You could prevent autism.
We now know that many, if not most, cases of autism spectrum disorer (ASD) are a chemically-induced injury which occurs when babies with oxidative stress are given acetaminophen.
In America, the most popular brand for acetaminophen (APAP) is Tylenol. In the UK, it goes under the name of paracetamol, and many others in countries around the world.
You Can Be the Change
With your help, we could see the return of autism rates as they were in the 70’s, before the rise of acetaminophen use; only 1 in 2,500 children had autism.
The dramatic increase in popularity of acetaminophen use in babies mirrors the the rise in autism that started in the 80’s.
Based on available data, it’s reasonable that the vast majority of autism, possibly more than 90%, could be prevented if we stop exposing the developing brain to acetaminophen.
In other words, you could help to prevent up to 9 out of every 10 cases of autism spectrum disorder.
Exactly how much autism is induced by acetaminophen exposure?
Sadly, nobody knows, and nobody will know with certainty until we stop using the drug during early brain development.
However, we can make an educated guess. The strong associations between autism and a number of factors, including acetaminophen levels at the time of birth, circumcision, and acetaminophen use with vaccination, are very informative.
This information combined with the trends in the prevalence of autism over the past 40 years and the very specific targeting of social awareness by acetaminophen tell us that it's entirely possible that the vast majority of autism, more than 90% of all cases, is caused by acetaminophen exposure.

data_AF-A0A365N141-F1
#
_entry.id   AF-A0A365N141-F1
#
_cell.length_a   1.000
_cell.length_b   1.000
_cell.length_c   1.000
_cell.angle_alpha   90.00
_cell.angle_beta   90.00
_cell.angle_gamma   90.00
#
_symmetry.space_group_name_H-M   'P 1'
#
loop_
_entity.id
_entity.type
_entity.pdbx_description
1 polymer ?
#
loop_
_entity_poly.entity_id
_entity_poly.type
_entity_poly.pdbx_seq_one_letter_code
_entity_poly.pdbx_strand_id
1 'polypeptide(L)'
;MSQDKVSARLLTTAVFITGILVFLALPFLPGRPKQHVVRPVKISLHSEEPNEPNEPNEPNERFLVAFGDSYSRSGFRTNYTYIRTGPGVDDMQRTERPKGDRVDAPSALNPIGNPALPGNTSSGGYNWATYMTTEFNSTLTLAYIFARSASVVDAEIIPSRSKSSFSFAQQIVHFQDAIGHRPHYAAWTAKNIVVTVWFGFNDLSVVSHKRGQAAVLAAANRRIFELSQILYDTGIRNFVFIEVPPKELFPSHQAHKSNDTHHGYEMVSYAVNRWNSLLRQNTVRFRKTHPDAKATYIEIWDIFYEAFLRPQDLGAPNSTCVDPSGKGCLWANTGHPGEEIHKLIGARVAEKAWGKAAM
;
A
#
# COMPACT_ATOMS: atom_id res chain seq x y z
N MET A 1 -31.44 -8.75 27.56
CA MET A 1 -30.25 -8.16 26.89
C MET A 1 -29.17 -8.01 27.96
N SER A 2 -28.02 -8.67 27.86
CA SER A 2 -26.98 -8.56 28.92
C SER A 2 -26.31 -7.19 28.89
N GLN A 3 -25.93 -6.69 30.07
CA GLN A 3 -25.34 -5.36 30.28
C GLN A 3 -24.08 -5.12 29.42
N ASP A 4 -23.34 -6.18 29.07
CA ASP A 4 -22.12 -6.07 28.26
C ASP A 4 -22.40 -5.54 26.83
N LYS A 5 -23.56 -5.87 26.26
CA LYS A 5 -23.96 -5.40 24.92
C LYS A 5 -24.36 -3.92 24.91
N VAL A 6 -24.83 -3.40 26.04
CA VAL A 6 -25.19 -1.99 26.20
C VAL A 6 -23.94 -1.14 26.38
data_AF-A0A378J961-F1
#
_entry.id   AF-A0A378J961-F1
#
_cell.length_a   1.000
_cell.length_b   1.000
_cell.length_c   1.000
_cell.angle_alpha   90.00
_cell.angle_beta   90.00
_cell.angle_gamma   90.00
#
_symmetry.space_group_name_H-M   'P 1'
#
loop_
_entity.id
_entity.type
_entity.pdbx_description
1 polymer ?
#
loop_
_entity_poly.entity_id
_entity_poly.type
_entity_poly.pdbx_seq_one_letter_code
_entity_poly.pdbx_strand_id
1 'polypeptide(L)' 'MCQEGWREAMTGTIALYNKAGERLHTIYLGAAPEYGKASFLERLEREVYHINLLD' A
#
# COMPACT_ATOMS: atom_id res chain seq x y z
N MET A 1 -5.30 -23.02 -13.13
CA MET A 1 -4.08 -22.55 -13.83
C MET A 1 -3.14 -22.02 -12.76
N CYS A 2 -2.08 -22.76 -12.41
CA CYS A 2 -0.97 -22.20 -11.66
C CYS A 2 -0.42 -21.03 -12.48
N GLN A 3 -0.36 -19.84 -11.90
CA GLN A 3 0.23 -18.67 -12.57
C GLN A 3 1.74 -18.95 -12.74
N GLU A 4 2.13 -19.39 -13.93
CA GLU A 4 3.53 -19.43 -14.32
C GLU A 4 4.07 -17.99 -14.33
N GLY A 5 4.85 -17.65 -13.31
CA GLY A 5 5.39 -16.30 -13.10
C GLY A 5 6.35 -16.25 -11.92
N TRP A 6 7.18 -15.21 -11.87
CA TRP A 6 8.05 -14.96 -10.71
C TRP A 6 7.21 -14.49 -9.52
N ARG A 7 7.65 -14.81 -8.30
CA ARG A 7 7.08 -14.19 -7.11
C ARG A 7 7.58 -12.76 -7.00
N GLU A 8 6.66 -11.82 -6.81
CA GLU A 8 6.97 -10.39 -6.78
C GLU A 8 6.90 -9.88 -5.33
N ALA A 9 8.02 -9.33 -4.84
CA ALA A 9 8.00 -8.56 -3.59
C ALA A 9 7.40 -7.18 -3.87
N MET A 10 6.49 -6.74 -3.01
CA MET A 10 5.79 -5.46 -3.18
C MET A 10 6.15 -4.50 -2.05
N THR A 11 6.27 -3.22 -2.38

Based on the same considerations, it seems almost certain that at least 50% of cases of autism are induced by acetaminophen.
What is the Evidence Acetaminophen Causes Autism?
Over the past decade, more than 20 lines of evidence have been found to conclude that many, if not most, cases of autism are caused by acetaminophen (Tylenol) in susceptible babies and children.
What are "Lines of Evidence"?
Each line of evidence is a scientific experiment or observation that points to the conclusion.
Our lines of evidence include studies in laboratory animals, associations in time, associations with human activities, pharmacological and biochemical observations, and observations in pregnant women, babies and small children.
What Do We Do Without Acetaminophen?
We can not give medical advice, but Tylenol has never been shown to save a single human life, nor has it ever been tested as safe for children. The best advice we can give is for parents and gaurdians to make a plan in advance.
How Can I Take Action?
We know the evidence, we know what action needs to be taken and now with your help we can raise our voices to allow parents, guardians, lawmakers, medical professionals and others know what we can do to change this story.
Being informed is one of the most important parts of making change. Read about the 20 lines of evidence so that you can learn, share, and advocate for others to know too.
Share the message with other parents and guardians to let them make educated decisions on administering acetaminophen to their babies and children.
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want to help?
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About WPLab Inc.
WPLab is a not-for-profit company that conducts research and education related to immune system dysfunction in high-income countries. A current focus is the interaction between the immune system and acetaminophen (paracetamol) early in life, and how that interaction affects brain development. We are currently conducti ng laboratory work, and, at the same time, work with social media and other venues to educate caregivers about what is known regarding the impact of acetaminophen (paracetamol) on the developing brain. For more information about WPLab, please see our website at www.WPLaboratory.org.